A PDA with calendar, tasks, and reminder capabilities can be great for those of us with little sense of time. Many organizational programs have graphical capabilities for people who don’t resonate well with numbers or words. Notes, tasks, and reminders also can also substitute for short term memory. The awesomeness of PDAs with a built in GPS is invaluable for those of us with a tendency to confuse easily, especially in new places. PDAs that take pictures can help with memory, navigation, orienting in new places, all sorts of things. And PDA applications with favorite sights, sounds, and games can soothe the nerves. Best of all for anyone with executive function issues is that there is only one does-it-all device to keep track of, not a ton of separate calendars, notebooks, devices, etc. to lose, forget about, and curse.
As a long-time PDA user (as soon as they became marginally affordable over a decade ago), I am quite serious when I tell people my executive function skills are present not in my brain, but in my PDA.
The obvious point here is that a PDA can be an invaluable piece of assistive technology for autism-specific “stuff.” Plus, PDAs are mainstream, even “cool,” so there’s no weird looks for using one.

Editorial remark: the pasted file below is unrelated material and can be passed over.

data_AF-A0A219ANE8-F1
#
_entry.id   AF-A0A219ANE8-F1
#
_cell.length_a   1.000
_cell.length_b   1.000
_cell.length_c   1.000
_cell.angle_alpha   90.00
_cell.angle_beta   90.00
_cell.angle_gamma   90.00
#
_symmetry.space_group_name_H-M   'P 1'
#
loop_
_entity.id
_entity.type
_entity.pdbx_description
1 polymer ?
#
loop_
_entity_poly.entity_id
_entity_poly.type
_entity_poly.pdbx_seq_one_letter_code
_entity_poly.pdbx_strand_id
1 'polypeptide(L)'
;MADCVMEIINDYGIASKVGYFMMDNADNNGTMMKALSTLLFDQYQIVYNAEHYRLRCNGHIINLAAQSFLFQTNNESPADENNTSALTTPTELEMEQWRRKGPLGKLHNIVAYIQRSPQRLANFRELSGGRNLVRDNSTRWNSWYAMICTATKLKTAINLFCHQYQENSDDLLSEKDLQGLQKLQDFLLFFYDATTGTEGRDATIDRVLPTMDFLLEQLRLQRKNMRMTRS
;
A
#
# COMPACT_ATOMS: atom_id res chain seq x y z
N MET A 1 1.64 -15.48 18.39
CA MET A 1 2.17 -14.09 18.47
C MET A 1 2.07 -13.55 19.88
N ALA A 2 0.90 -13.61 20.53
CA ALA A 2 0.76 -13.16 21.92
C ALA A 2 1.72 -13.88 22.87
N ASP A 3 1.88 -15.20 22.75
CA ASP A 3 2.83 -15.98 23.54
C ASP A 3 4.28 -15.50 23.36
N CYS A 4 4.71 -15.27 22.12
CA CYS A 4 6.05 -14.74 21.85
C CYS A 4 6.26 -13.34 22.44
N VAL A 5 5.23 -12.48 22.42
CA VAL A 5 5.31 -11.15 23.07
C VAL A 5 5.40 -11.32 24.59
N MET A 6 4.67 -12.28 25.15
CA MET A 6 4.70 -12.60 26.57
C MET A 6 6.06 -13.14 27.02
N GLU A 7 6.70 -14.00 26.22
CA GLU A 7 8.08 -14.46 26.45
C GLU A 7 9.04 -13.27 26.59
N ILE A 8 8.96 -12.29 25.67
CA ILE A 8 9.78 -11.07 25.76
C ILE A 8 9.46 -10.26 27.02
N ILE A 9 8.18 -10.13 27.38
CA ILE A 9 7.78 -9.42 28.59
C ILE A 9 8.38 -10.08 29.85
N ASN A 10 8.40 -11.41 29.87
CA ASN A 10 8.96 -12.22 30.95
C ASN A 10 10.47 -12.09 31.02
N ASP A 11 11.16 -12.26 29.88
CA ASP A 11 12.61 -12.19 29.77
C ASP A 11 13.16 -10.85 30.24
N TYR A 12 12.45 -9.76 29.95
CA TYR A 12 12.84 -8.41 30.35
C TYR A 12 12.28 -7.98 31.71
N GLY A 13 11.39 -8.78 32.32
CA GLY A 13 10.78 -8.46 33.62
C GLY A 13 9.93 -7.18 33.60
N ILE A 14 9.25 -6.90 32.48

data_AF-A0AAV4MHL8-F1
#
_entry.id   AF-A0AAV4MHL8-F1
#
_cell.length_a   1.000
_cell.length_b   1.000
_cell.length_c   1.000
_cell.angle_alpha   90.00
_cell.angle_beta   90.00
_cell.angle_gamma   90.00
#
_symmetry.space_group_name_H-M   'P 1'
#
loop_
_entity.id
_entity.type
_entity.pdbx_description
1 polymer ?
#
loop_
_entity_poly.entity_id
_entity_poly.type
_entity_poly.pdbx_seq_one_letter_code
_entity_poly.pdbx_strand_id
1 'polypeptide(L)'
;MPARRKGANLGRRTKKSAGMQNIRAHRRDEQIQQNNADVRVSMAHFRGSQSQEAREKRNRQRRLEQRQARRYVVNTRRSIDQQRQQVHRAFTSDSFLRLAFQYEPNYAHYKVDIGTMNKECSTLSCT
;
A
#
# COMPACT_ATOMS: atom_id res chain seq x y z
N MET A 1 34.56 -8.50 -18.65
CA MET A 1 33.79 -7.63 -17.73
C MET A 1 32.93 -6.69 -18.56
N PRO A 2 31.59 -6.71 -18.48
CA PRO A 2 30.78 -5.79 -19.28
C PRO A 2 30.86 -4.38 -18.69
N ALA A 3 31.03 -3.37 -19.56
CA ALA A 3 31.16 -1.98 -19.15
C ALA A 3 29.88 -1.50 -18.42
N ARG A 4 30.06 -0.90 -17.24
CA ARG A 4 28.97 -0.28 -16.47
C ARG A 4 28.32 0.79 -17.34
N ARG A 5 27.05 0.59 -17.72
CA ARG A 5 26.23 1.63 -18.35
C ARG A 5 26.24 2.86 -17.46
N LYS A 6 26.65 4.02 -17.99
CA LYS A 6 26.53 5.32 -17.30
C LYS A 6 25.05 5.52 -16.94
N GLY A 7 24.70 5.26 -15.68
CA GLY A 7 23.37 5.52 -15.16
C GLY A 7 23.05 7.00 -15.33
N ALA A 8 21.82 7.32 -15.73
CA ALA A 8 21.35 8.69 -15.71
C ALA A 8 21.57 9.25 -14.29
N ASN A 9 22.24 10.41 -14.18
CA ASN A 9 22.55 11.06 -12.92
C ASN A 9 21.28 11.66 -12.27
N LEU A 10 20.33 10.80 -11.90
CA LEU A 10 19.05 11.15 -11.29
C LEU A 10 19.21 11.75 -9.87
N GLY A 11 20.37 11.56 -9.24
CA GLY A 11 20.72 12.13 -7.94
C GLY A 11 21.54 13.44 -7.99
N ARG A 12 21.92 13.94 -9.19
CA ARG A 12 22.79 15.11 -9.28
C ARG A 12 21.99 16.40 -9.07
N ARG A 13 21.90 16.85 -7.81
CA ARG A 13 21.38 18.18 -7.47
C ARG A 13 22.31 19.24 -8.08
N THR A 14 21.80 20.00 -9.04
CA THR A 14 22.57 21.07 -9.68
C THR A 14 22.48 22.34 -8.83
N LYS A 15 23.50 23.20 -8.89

The less obvious point is that it can be beneficial to think about what sort of tool can give a person a skill they don’t otherwise have, rather than pouring energy into trying to find a way to make that person have the skill unassisted. What actually works is more important than appearances.
Thumbs Up: The United Nations Convention on the Rights of Persons with Disabilities was signed on Friday as planned. Here’s print coverage from USA Today and (ironically non-captioned) video coverage from CSPAN. The CSPAN video is of the actual signing ceremony, and it starts off with a nice little speech by Hilary Clinton.
Thumbs ? : The motivation for the ADA-AA came from issues with the way the Equal Employment Opportunity Commission (EEOC) had decided to implement the ADA. The original intent for the ADA is as a civil rights law, and the ADA-AA was to restore that original intent. Now debates about EEOC implementation seem to be intent on leeching the power from the amendment. Will the fate of the ADA-AA be to restore the ADA as powerful civil rights legislation, or will we end up back at square one?
Thumbs Down: As the CCA remains off the legislative agenda, CCA rallies continue with confronted the Democratic National Convention. Adapt has set up a sweet action campaign page, complete with (also transcribed) video.
Not all news on the CCA front is bad; some legislators have signed onto it. Check the list for your legislators–if you see their name on it, send them a thank you; if you don’t see their name on it, ask them to please sign on!
Thumbs Up!: On a non-policy note of special interests and the path to college successes, here’s a lovely article about Cole Kingsbury, geologist and going to college in Alaska. (Side note: volcanoes–YAY!!! Definitely, IMO as well, a perk of living in Oregon!)